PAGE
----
The Presidents of Ukraine and Poland, Leonid Kuchma and Aleksander Kwasniewski, jointly inaugurated on January 3 the Krakovets-Korczowa border crossing and customs station, tipped to become one of Europe’s largest and busiest. Capable of handling up to 5,000 motor vehicles daily, the 12-lane station is intended as a key link in the projected Baltic-Black Sea and Lisbon-Kyiv transit corridors, as well as serving bilateral Ukrainian-Polish commercial and passenger traffic. Kuchma and Kwasniewski described the station — the fifth to be opened between the two countries — as a symbol of Ukraine’s and Poland’s "joint entry into Europe."
On the same day the two presidents inspected the Ukrainian component of the joint Ukrainian-Polish battalion at Yavoriv military base. Currently having an authorized strength of 740, the joint battalion is scheduled to make its official debut in the Peace Shield-98 war games alongside units from the U.S. and other Western countries next September at Yavoriv. According to Ukrainian defense minister Oleksandr Kuzmuk, the joint battalion’s Ukrainian component is already capable of performing the combat tasks envisaged as part of that exercise. Kwasniewski, for his part, termed "Ukraine’s independence and stability an essential factor in the stability of Europe."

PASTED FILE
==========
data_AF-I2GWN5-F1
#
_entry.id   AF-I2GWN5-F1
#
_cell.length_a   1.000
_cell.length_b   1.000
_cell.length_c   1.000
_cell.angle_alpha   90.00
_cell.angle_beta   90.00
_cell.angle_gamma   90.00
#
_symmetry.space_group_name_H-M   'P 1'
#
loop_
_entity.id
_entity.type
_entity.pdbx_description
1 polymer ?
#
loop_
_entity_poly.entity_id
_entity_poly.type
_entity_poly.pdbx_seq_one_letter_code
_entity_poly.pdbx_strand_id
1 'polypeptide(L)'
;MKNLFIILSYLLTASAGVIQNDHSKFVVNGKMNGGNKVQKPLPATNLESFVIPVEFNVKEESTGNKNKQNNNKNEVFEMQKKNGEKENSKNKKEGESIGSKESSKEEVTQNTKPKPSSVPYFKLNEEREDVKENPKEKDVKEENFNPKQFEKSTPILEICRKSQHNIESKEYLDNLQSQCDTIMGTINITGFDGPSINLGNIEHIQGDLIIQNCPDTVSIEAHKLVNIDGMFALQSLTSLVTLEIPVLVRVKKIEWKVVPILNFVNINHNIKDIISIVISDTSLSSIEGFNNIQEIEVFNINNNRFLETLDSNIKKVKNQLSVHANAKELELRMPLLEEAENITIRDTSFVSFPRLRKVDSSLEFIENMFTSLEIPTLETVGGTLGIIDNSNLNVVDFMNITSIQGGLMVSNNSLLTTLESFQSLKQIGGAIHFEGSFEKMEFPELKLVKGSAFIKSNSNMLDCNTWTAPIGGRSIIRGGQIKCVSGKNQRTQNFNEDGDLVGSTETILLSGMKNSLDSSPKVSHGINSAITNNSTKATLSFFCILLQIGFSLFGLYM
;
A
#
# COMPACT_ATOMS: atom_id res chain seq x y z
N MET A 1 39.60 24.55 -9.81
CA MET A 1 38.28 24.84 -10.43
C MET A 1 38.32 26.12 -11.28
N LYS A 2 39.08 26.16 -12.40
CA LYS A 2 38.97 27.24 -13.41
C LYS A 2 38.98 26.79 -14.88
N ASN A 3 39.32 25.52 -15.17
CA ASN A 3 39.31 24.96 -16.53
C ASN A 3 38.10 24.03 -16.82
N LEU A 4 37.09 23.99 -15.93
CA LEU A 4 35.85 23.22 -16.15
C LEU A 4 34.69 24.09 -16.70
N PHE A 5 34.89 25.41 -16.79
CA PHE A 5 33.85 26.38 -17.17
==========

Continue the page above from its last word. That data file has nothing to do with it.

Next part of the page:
In the nearby city of Lviv, formerly the Polish Lwow, Kuchma and Kwasniewski laid flowers at the monuments to the Polish and Ukrainian national poets, Adam Mickiewicz and Taras Shevchenko, and at the graves of volunteers from both sides who had fought each other for that city. (Ukrainian agencies, January 3-4) The gesture was meant to underscore the two nations’ historic reconciliation, which has gathered momentum recently. It was formally codified in the Kuchma-Kwasniewski declaration at a summit in Kyiv last May, when the two presidents also decided to create the Ukrainian-Polish battalion.
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